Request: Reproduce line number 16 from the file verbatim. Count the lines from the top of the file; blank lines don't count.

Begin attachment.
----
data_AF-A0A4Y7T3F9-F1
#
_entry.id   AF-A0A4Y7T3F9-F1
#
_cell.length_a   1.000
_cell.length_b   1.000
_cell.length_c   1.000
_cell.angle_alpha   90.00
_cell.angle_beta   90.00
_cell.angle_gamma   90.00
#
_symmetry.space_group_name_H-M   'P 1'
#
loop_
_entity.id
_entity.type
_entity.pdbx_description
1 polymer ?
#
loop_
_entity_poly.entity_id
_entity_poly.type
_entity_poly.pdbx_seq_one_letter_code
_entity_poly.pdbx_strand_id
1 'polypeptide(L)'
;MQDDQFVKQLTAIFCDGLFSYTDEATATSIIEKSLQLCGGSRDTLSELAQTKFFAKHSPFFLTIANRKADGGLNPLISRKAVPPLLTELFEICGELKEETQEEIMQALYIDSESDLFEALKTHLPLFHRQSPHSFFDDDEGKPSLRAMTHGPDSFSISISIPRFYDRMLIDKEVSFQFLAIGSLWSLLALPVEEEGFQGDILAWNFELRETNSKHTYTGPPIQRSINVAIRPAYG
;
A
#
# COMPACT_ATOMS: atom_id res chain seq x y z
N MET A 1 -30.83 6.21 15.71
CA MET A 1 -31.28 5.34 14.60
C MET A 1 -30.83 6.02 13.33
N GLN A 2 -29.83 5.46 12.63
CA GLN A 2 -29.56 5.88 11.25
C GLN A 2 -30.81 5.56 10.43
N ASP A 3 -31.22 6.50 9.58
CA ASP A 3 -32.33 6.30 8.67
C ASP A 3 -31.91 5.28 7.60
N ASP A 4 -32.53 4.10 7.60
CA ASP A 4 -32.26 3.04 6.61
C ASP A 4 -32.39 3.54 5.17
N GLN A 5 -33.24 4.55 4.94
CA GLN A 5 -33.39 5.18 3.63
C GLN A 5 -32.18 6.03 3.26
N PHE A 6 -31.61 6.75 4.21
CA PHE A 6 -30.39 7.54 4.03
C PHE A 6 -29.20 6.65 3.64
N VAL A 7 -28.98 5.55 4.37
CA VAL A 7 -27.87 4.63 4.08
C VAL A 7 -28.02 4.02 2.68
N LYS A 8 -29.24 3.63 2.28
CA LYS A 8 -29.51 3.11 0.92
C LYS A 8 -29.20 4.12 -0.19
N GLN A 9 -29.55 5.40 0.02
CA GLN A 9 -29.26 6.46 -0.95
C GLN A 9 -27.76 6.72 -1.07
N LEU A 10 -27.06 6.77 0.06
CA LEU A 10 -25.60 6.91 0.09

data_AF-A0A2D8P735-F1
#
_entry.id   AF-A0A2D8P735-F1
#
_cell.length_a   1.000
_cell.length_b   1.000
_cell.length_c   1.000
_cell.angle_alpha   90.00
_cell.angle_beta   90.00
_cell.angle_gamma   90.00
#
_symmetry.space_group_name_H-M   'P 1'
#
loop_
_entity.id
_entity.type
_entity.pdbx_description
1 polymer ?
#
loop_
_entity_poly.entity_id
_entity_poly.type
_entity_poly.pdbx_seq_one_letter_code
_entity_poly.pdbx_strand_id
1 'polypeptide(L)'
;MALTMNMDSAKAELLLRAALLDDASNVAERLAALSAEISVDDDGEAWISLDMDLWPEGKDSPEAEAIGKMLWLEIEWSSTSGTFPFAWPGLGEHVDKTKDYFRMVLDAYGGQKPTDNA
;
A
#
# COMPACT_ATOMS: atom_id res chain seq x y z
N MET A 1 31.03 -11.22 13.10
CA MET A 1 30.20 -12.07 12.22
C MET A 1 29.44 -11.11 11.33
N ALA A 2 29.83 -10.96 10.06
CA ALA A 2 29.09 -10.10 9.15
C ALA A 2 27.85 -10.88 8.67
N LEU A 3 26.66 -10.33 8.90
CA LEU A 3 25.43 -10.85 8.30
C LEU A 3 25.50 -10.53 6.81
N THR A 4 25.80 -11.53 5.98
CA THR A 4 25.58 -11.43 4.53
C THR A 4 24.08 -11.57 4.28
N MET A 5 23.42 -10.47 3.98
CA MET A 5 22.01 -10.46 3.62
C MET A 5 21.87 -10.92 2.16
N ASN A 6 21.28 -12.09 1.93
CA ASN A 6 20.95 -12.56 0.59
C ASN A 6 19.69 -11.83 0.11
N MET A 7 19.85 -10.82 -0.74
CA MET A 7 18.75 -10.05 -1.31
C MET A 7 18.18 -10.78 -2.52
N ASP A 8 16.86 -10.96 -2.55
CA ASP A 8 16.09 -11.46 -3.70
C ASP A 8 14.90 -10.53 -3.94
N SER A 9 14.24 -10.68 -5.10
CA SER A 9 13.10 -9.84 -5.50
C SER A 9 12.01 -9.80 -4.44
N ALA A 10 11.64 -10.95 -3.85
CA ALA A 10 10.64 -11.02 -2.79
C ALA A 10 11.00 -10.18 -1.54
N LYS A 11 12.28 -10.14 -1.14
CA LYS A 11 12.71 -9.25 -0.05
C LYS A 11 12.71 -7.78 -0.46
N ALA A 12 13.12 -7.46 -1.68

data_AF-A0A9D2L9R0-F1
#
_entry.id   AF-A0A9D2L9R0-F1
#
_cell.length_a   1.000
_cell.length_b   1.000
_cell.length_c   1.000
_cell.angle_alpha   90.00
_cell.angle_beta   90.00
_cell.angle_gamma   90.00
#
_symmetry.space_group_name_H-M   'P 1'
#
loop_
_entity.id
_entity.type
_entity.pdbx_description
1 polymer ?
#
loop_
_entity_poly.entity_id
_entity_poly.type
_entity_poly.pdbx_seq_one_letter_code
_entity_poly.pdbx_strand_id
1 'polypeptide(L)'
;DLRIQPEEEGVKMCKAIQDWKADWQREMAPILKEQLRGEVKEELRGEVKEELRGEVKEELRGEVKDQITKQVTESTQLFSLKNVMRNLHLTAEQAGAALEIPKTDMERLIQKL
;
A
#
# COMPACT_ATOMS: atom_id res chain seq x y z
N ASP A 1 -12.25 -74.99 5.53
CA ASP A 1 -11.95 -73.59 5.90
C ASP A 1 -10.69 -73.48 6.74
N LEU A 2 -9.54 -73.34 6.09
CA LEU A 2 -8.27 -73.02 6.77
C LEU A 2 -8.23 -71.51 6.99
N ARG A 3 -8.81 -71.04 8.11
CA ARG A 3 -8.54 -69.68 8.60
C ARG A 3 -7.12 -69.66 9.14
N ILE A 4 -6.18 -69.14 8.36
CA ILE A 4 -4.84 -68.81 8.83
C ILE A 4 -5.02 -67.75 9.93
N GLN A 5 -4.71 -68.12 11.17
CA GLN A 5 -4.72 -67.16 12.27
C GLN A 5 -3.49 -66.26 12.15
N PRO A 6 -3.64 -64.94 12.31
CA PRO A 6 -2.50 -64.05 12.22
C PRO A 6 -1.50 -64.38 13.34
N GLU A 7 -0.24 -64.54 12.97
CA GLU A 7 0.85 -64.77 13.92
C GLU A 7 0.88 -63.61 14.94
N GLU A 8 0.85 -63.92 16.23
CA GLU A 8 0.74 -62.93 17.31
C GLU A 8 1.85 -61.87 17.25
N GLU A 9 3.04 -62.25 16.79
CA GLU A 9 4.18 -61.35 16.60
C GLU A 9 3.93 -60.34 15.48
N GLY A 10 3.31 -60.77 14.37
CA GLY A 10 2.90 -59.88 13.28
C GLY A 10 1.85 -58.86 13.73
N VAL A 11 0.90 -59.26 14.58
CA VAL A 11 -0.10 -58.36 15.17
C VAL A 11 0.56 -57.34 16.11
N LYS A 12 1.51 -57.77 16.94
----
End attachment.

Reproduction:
_entity.type